Friday, February 26, 2010

A Litany of Literature

Last week I took my children to a production of Goodnight Moon (one of my early favorites) and the Runaway Bunny. I didn't know what to expect because the text is so slight in both of those books, but the experience turned out to be wonderful. The theater troupe, dressed in black, maneuvered puppets around the stage. The sets were magical, with the room in Goodnight Moon done in phosphorescent paint and lit with black light.

But, I digress. As a youngster I also was really fond of Dr. Seuss with Hop on Pop and Go Dog Go being the first books I read on my own. Then there were the Berenstain Bears, Encyclopedia Brown, the Animals at Maple Hill Farm, Richard Scarry's stuff, Amelia Bedilia, Peter Pan, Rikki Tikki Tavi (My dad used to use voices when he read and I particularly remember him being a great mongoose.), and the Jungle Book (the Disney version).

I was a devotee of the Bobbsey Twins and have a whole collection to share, although I don't think my boys will be all that interested. I devoured the Chronicles of Narnia, and Charlie and the Chocolate Factory as well as the books that followed.

Gosh...Ramona the Pest, anything Judy Blume (even Forever, which someone passed around in fifth grade), the Five Little Peppers and How They Grew, Black Beauty, Sweet Valley High...

As for my teenage years, it becomes harder to distinguish between what I picked up for fun and what I was required to read. Perhaps this is because I enjoyed most of my reading assignments and they were probably, for the most part, more memorable and meaningful than whatever I chose.

I do know that I read Gone with the Wind, the North and South books, and the Power of One on my own. Of those that were for school, I loved For Whom the Bell Tolls, Pride and Prejudice (still a favorite), Catch 22, Slaughterhouse Five (Karen Vonnegut, Kurt's niece, was a roommate of mine at Cornell), the Great Gatsby, Crime and Punishment, Cry the Beloved Country, Lord of the Flies.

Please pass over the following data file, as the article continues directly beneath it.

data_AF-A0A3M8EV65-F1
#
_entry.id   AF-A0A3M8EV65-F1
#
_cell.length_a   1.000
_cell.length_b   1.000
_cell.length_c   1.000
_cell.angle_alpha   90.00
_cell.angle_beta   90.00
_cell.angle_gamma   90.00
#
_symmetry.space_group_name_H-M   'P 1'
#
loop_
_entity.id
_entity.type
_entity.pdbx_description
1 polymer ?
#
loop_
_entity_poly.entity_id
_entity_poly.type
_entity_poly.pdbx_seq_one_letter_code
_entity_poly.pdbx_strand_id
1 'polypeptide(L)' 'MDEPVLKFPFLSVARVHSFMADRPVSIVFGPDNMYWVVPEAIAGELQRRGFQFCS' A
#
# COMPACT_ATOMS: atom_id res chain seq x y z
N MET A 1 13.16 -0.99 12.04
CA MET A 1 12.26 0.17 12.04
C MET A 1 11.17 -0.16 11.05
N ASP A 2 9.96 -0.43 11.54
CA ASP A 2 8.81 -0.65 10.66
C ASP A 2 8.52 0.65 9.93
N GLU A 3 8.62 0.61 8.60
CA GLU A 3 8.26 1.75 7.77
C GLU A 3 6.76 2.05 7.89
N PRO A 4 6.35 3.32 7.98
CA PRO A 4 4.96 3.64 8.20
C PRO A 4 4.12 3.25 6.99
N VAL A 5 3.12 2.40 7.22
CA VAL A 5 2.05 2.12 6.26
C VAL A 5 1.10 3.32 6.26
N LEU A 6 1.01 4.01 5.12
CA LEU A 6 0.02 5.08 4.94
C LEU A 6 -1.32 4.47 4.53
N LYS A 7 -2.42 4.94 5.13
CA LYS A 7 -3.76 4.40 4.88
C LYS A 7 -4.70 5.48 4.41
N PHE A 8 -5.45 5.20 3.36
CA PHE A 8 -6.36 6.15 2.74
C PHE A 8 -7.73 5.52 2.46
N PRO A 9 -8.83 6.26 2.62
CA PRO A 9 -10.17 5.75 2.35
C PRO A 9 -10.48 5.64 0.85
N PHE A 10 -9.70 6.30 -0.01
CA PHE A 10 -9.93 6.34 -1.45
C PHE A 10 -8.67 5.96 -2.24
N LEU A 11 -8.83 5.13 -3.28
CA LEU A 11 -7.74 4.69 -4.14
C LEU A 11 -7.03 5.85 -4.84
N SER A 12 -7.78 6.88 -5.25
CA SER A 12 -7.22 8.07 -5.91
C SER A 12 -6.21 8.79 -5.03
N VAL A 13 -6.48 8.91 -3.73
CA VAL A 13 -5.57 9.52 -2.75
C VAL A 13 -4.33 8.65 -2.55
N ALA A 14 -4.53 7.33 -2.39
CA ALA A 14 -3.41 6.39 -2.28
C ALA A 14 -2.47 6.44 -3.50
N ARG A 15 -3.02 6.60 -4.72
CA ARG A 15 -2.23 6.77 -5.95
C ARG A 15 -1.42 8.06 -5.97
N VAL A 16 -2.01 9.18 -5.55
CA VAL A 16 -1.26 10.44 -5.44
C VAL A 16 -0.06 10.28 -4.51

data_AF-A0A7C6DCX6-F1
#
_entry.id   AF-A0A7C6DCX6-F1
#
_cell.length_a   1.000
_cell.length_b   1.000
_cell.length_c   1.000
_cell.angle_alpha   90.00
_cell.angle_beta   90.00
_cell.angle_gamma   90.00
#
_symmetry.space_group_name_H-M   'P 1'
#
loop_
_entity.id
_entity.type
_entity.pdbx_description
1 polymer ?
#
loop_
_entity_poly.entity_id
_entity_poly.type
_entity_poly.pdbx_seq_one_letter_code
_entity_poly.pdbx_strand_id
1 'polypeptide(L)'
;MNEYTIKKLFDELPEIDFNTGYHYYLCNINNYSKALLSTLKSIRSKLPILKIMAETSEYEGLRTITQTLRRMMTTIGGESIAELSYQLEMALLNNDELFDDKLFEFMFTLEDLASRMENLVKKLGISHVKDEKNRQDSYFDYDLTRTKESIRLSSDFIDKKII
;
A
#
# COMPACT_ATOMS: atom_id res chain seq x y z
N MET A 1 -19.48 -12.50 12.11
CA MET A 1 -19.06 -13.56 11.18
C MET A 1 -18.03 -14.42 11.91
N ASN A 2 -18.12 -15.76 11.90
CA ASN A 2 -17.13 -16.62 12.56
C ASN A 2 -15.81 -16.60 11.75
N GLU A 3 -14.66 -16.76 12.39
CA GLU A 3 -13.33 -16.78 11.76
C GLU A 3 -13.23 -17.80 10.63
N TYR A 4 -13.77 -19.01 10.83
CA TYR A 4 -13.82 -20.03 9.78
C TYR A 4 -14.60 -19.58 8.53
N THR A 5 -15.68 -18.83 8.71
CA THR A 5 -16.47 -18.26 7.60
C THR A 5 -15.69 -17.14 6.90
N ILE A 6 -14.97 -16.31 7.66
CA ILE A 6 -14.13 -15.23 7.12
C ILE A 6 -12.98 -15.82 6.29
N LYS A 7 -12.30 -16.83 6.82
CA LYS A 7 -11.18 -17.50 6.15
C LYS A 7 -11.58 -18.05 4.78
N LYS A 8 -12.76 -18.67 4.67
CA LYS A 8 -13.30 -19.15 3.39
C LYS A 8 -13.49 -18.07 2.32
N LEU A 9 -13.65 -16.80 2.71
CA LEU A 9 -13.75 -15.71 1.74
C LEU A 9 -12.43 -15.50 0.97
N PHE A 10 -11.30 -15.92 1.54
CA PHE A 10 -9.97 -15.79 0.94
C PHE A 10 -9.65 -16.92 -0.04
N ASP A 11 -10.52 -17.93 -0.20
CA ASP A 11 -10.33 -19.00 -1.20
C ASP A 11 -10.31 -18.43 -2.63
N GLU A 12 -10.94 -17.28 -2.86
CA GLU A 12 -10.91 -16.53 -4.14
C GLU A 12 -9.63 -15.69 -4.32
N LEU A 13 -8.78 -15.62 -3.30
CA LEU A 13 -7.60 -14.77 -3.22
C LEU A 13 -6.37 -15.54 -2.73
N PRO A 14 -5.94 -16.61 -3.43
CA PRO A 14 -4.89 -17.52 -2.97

Some of the newer books I've enjoyed with my children, include Don't Let the Pigeon Drive the Bus, Bear's New Friend, the Toy Boat, Snowmen at Night, and Mortimer's First Christmas. I also reread Little House on the Prairie recently with my son and a shortened version of Around the World in 80 Days. Now, he is even interested in listening to Harry Potter, thanks to a commercial he keeps seeing during the Olympics, but we'll see.

So much good stuff out there...As for young adult fiction, which I'm reading for solely for research (yeah, right!), I seem to be stuck in the supernatural...I liked Twilight, (sorry, Trager), Fallen, Hush, Hush, and Shiver. A really terrific book is Sherman Alexi's The Absolutely True Diary of a Part-time Indian and a page-turner is The Hunger Games.

Sorry for such a long post...the memories just kept coming.


  1. What the ?!?!?! Monta? You never mentioned, in a group of WRITERS, that Vonnegut's niece was your college roommate?? I am so interested in that production of Good Night Moon/Runaway Bunny--where was it? I'm bummed i missed it. Ah, Sweet Valley High--i read few of those and joke that i shall name the twins Jessica and Elizabeth. Except that we're totally naming them Sasha and Malia. NOT!!!